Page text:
Ad Arbitrage Sites Use Misleading Formats; NPR Sells Its Podcasting App



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Ad arbitrage – buying web traffic and then selling that inventory on a website for more than it was originally paid for – is universally decried but is also still a lucrative strategy. The enterprise data software company DeepSee published a report showing how many arbitrage sites differ their content display when it comes to accessing websites from a paid link versus a direct link. Direct visitors, for example, would see a single-page format with no ads above the fold (an indicator of quality content). Meanwhile, those clicking to the same page via a paid link may see a busy slideshow format that loads and reloads the page, often with many ad spots stuffed above the fold. Scammers do this to avoid the ire of SSPs, which may have policies against the “hyper-active” version of the sites. But SSPs have employees who vet publishers themselves (i.e., they visit the site directly, seeing the pristine version). “This gives the illusion of quality, while the most clicked links are actually stuffed to the gills with ad units that refresh aggressively,” the report states. 

Deep Pocket

Automattic, best-known as the owner of WordPress, announced that it acquired the podcasting app Pocket Casts. NPR, the majority owner of Pocket Casts since 2018, had been shopping the app since January, The Verge reports. Automattic hasn‘t elaborated on how it plans to flip Pocket Casts from a loss-making business. (The app reportedly cost NPR $800,000 last year.) But Automattic has powerful distribution channels and can stomach a short-term loss better than NPR. Automattic’s WordPress is the go-to content management system for the web, and the company is prioritizing new content creation channels, such as streaming audio and mobile apps. Aside from the deal for Pocket Casts last week, Automattic acquired the journaling app Day One one month ago. There was also the flea market pickup of Tumblr in 2019 for a cool $3 million. Automattic raised $300 million in late 2019 from Salesforce Ventures, the company’s VC arm, so it may have some ammunition left. 

The Customer Kickback

Amazon introduced a new advertising referral program that gives bonuses to brands that run campaigns off of Amazon that drive sales back to the Amazon site. On average, the bonuses are worth about 10% of the sales driven by off-Amazon advertisements, according to the Amazon Seller Central blog post. In some ways, this is a natural next step in the evolution of Amazon’s referral program. They cut out third-party affiliate vendors last year, preferring the network of direct referral programs with publishers. Now, Amazon is offering similar commissions for sellers that use its ad platform. It is also worth noting that one benefit of the Amazon DSP is that brands can use Amazon shopper data to target across the web without selling on Amazon. Finance, insurance or automotive companies have no business on Amazon, but often advertisers are choosing between their own ecommerce site and an Amazon storefront. This bonus is meant to incentivize those advertisers to return traffic back to Amazon.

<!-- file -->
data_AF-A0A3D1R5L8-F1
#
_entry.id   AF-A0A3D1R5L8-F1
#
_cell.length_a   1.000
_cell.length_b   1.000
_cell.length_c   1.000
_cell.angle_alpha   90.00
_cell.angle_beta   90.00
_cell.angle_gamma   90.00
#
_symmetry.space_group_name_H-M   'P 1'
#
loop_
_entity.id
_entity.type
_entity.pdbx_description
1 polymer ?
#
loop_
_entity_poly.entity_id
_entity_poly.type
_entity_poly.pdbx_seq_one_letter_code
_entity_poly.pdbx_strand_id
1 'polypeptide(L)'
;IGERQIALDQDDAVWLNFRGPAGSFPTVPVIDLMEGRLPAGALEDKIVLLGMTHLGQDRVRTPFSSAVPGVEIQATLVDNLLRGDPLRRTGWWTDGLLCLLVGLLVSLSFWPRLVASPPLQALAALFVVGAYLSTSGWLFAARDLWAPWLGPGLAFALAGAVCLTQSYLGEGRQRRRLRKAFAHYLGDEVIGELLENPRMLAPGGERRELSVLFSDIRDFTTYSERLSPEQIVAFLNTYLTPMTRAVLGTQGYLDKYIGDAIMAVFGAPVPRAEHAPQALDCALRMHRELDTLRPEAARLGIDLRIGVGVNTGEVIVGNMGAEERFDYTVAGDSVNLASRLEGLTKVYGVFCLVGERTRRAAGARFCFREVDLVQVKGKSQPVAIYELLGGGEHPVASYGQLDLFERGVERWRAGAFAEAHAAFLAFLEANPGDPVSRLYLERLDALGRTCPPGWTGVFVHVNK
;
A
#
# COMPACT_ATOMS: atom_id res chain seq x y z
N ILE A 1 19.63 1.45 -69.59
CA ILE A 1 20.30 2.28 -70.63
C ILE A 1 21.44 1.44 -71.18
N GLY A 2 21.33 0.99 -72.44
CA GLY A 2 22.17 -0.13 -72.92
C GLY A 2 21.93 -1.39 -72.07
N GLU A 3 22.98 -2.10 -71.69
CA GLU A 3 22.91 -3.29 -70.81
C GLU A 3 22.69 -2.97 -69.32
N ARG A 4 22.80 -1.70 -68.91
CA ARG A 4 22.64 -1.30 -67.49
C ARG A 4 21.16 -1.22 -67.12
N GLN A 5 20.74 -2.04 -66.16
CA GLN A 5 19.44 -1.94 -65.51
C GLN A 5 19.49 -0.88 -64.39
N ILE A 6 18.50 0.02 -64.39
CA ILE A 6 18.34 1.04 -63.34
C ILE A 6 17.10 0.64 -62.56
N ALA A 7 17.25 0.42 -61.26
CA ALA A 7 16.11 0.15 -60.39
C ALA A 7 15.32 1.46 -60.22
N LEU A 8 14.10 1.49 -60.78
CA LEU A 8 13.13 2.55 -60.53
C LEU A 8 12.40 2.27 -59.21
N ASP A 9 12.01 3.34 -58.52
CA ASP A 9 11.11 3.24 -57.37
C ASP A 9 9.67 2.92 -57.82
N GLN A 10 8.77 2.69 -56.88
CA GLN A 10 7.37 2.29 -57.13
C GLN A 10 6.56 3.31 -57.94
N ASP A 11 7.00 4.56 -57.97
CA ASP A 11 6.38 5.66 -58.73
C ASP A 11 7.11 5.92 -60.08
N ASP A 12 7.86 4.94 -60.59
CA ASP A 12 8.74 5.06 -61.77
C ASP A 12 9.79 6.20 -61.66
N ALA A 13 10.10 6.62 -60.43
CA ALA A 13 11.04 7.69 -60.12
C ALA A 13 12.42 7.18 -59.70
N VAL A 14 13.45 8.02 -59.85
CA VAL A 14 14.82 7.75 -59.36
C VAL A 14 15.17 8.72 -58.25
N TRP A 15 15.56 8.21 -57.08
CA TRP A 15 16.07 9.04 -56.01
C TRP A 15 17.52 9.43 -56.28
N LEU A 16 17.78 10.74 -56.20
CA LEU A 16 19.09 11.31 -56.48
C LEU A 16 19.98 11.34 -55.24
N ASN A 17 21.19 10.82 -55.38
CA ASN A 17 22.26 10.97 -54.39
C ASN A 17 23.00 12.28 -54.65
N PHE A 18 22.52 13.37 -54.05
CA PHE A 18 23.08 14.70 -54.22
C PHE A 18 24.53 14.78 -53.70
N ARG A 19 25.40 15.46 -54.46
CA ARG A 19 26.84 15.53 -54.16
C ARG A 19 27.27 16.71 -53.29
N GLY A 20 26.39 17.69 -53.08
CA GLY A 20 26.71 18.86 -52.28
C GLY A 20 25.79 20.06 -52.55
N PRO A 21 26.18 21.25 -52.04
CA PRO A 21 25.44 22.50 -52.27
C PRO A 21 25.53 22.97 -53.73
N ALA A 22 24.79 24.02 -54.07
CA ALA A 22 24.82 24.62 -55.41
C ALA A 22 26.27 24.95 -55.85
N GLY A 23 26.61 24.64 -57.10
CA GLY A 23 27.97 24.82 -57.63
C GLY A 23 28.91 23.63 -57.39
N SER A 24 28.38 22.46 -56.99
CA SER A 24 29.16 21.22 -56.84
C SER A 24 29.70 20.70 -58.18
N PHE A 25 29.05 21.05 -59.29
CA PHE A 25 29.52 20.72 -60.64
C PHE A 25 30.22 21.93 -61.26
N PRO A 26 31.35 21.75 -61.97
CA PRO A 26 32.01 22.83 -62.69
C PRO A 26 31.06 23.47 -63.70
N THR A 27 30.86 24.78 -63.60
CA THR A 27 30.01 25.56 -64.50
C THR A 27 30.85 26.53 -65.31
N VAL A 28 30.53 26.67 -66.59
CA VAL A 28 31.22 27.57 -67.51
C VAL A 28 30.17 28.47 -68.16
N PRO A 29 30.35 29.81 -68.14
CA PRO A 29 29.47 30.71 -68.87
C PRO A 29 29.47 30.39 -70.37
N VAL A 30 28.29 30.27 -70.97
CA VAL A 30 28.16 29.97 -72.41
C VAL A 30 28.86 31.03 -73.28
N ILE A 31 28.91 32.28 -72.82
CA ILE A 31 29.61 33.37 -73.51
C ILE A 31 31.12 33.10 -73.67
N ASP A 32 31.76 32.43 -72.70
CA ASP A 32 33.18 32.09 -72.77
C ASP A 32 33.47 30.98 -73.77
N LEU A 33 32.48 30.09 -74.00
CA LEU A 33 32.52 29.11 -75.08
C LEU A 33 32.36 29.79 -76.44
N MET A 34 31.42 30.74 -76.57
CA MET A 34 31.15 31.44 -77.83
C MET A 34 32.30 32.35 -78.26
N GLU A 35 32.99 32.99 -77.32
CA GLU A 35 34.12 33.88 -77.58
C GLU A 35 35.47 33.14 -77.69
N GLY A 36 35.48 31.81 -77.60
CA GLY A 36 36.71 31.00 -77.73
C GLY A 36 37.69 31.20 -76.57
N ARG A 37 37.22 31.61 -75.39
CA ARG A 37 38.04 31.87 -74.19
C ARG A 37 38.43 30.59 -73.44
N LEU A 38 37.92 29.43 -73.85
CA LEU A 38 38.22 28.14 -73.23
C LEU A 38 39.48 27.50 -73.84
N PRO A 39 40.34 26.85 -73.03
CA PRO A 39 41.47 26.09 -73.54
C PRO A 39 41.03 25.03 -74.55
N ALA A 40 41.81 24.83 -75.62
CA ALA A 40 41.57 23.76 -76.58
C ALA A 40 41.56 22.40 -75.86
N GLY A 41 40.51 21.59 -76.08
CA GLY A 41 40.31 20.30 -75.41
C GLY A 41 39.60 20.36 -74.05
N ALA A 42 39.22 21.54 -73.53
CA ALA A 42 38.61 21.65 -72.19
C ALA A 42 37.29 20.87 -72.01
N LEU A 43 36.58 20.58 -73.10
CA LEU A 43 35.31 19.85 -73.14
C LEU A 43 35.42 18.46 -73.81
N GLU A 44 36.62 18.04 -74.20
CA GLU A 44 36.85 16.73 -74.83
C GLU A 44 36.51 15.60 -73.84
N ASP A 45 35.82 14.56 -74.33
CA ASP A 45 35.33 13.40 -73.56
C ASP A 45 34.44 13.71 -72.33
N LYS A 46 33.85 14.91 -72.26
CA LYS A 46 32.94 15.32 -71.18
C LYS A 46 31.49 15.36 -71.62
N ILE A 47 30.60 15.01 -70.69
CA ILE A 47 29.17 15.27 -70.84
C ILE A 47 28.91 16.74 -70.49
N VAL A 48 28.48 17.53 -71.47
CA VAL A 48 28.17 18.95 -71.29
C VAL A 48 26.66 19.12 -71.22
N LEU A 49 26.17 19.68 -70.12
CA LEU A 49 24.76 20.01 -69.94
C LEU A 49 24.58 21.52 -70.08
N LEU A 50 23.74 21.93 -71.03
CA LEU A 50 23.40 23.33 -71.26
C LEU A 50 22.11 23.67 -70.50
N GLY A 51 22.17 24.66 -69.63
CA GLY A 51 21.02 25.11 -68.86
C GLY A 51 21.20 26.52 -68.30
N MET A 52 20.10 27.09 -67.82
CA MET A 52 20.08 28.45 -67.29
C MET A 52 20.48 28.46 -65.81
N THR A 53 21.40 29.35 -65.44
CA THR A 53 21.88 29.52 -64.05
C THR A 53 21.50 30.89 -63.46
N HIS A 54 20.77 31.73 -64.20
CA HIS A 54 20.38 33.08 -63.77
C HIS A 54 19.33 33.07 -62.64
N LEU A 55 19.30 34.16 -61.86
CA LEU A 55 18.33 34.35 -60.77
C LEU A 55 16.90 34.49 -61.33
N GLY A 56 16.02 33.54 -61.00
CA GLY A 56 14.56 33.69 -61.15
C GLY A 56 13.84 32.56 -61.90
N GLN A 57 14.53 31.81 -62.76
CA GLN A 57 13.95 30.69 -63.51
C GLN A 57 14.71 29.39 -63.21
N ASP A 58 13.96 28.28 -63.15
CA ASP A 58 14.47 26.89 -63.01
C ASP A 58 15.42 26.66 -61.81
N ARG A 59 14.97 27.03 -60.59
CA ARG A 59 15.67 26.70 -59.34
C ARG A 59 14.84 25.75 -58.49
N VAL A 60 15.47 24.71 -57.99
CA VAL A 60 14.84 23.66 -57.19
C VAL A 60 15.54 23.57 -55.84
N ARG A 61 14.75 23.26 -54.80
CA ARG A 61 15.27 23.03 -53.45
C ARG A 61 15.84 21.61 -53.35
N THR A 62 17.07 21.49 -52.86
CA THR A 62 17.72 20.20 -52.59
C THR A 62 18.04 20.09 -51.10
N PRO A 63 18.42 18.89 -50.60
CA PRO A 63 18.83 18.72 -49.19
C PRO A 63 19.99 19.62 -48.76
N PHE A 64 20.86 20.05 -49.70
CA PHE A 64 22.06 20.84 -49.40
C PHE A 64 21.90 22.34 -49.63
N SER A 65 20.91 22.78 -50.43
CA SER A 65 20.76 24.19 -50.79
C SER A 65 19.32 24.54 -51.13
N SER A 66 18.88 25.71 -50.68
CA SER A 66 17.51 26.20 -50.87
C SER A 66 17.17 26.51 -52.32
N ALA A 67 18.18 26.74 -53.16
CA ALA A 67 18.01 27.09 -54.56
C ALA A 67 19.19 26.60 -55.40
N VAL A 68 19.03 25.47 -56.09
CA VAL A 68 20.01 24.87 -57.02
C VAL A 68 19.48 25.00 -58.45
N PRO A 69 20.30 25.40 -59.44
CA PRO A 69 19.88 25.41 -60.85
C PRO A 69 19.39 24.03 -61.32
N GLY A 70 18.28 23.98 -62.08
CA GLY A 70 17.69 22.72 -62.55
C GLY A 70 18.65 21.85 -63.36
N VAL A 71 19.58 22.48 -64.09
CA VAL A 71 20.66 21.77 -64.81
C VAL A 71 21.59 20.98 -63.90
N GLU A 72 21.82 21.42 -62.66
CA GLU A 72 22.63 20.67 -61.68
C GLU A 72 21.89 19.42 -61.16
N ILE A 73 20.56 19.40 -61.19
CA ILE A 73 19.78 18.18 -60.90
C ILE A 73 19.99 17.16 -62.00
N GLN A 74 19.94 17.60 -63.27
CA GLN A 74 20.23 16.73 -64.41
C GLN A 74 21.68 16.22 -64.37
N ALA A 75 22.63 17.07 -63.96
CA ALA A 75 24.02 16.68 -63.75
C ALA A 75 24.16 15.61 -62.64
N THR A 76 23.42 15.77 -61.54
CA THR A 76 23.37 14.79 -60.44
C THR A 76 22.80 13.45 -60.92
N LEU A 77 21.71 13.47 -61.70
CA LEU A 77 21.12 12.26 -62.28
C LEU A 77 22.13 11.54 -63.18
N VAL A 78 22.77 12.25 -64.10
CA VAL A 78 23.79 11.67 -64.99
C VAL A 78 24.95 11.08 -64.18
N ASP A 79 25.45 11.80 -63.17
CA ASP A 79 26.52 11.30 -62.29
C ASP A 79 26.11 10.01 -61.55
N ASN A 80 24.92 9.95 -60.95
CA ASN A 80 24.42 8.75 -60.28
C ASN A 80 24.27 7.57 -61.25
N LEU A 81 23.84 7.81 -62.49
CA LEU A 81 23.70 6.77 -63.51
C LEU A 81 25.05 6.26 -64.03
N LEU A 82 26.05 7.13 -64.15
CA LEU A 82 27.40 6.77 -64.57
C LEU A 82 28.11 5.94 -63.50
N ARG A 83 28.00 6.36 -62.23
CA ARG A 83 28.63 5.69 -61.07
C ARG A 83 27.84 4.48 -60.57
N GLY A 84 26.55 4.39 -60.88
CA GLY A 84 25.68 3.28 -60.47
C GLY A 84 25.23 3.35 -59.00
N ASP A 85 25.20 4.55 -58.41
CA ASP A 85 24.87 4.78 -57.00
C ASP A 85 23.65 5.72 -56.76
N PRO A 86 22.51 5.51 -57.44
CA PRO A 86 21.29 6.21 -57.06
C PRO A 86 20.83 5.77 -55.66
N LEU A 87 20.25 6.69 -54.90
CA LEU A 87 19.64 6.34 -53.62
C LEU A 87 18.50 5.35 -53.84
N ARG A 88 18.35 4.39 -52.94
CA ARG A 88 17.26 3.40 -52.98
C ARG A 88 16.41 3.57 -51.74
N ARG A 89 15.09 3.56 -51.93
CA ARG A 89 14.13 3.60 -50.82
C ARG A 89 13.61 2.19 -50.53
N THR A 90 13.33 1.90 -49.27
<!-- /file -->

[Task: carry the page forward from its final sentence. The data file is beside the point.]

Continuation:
But Wait, There’s More!  

Catalyst and Xaxis released an omnichannel research report.

California Attorney General Rob Bonta is cracking down on companies not abiding by the state’s Global Privacy Control tool. [Digiday]

The White House said Facebook continues to drop the ball on its handling of misinformation. [Business Insider]

Civil rights groups are lobbying lawmakers to “clean up” Facebook. [Bloomberg]

Juul’s $40 million settlement in North Carolina for allegedly targeting underage consumers could change how e-cigarettes are marketed. [The Drum]

You’re Hired

The IAB Tech Lab hired Anthony Katsur as its new CEO. [WSJ]

WarnerMedia Ad Sales appointed Laura Dames as EVP, marketing, and Andrea Zapata as head of research, data and insight. [release]

Omnicom named Karen van Bergen chief environmental sustainability officer. [CampaignUS]

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